The modified transfer bar is inactive during the knitting of the plain courses in the section B-1' at the center of the breast cup B. The modified transfer bar again operates during the knitting of the first 20 courses of narrowed section N-4 to move the groups of six successive stitch loops inwardly, following the knitting of each fourth course, to form lines 86 of widely spaced open stitches. During the knitting of the next 124 courses, the modified transfer bar operates following the knitting of every other narrowed course to transfer the groups of six successive stitch loops inwardly and form lines 87 of closely spaced open stitches.
When the brassiere blank shown in FIGURE 5 is trimmed and finished, as shown in FIGURE 6, the upper panels of each of the breast cups A, B include the lines or rows of open stitches with the lines 80, 81 and 82, 83 converging inwardly toward the transverse center of the breast pocket A and the lines 84, and 86, 87 converging inwardly toward the transverse center of the breast pocket B. The converging lines of open stitches extend substantially parallel to the fashioning mark lines 11 and provide an attractive pattern in the upper panels of the breast cups A and B. The outer edge portions of the brassiere blank shown in FIGURE 5 may be trimmed in the same manner as the first form of blank and provided with the same type of trim and supporting straps, as shown in FIGURE 6.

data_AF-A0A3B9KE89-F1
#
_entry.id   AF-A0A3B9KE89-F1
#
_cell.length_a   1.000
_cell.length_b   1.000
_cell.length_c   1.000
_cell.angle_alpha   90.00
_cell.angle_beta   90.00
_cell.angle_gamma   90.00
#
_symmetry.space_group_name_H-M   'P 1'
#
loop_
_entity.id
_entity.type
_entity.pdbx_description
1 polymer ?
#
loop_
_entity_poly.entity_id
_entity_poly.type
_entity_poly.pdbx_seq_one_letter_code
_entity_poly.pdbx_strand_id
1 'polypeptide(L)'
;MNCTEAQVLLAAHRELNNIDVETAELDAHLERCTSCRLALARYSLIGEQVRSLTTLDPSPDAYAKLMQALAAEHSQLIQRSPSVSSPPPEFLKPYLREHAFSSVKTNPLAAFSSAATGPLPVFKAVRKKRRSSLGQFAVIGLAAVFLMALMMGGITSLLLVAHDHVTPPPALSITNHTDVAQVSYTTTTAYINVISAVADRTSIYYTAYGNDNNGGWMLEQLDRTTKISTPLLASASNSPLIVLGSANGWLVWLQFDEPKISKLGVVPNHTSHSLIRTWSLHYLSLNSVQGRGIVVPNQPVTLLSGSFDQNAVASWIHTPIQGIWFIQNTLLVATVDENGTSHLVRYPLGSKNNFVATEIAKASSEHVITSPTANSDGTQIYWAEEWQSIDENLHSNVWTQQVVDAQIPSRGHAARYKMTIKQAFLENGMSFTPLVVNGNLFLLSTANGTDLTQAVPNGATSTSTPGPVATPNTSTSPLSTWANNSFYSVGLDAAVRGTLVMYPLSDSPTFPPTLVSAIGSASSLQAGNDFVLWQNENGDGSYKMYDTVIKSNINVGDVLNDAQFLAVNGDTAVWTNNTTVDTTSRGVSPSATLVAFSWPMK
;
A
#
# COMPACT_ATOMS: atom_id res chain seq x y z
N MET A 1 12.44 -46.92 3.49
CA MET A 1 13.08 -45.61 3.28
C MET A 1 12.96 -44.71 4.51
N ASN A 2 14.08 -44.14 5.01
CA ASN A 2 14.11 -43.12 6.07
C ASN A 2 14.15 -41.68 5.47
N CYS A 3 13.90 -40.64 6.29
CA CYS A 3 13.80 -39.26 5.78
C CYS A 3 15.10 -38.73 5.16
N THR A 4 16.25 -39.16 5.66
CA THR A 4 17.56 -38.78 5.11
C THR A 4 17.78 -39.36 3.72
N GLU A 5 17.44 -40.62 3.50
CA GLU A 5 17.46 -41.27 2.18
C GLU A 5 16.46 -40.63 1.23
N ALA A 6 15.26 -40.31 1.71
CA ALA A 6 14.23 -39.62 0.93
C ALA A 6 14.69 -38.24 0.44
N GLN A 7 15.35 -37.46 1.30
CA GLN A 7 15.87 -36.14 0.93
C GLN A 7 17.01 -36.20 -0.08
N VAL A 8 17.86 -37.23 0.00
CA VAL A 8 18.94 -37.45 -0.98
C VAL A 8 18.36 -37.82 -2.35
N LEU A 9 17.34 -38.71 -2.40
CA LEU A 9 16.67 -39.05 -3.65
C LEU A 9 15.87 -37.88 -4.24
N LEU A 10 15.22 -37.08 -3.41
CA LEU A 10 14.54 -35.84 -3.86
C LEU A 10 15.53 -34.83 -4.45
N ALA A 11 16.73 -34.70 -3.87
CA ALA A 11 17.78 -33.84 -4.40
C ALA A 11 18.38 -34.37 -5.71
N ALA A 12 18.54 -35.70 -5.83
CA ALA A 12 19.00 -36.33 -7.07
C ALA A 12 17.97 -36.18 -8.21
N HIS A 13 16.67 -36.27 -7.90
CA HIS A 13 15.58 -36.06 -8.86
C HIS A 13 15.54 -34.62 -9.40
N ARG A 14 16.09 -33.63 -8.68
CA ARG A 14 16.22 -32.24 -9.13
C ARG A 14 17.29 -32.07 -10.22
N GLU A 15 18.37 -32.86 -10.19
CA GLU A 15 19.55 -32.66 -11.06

In each form of brassiere blank, the biased band portions may be knit longer so that they extend around opposite sides of the body of the wearer. Also, the stay 72 (FIGURE 3) may be eliminated and suitable stretchible band portions may be added to extend around oppoite sides of the body of the wearer. While the fashioned Jlank of the present invention is particularly adapted to )e used in forming brassieres, the fashioned blank may be ised to form other types of garments with breast-receivng cups or pockets therein, such as swimsuit tops, halters, ind the like.
In the drawings and specification there have been set Forth preferred embodiments of the invention and alhough specific terms are employed, they are used in l generic and descriptive sense only and not for pur- 30565 of limitation, the scope of the invention being deined in the claims.
1. A knit full-fashioned elongate blank adapted to 'orm a breast-receiving article, such as a brassiere, the :nit Wales of said blank extending in a generally longi- ;udinal direction, said blank comprising (a) a pair of fashioned breast cups formed in the me- I dial portion of said blank, said cups each including successive sections of widened and narrowed knit courses extending transversely of said blank to opposite selvages thereof, and (b) biased band portions knit integral with and extending in opposite directions from said breast cups, said band portions each including substantially parallel opposite uncut selvage edges, and said opposite edges of said band portions extending at acute angles relative to the longitudinally extending wales of said band portions. 2. A full-fashioned brassiere blank according to claim l wherein narrow areas of transversely extending nou- Eashioned courses are formed between said widened and larrowed sections of each of said fashioned breast cups. 3. A full-fashioned brassiere blank according to claim 2 wherein a narrow area of transversely extending nonfashioned courses is formed between said fashioned breast :ups.